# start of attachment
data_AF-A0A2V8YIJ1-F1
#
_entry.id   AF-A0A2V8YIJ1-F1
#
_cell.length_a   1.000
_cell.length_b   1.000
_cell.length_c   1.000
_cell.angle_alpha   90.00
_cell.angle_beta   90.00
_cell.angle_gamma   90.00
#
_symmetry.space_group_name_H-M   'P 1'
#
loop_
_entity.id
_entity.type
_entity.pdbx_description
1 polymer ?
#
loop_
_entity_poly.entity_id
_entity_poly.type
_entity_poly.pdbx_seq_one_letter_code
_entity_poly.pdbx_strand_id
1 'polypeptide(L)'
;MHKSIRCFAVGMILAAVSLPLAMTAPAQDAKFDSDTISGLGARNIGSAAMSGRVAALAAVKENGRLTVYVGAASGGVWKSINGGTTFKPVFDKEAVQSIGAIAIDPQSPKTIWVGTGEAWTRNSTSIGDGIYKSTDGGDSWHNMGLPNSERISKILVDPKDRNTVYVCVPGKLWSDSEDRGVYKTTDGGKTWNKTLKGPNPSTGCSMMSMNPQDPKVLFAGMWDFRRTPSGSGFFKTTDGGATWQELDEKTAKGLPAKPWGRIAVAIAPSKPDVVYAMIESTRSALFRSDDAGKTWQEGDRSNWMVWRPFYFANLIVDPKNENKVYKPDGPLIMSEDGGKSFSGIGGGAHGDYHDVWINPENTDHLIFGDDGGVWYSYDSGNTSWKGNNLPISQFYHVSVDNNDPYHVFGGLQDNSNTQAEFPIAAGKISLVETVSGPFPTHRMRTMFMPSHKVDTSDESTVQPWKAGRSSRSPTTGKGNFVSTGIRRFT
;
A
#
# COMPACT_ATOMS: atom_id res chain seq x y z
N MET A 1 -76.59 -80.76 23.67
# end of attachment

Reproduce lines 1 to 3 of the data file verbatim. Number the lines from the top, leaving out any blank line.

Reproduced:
data_AF-A0A2V8YIJ1-F1
#
_entry.id   AF-A0A2V8YIJ1-F1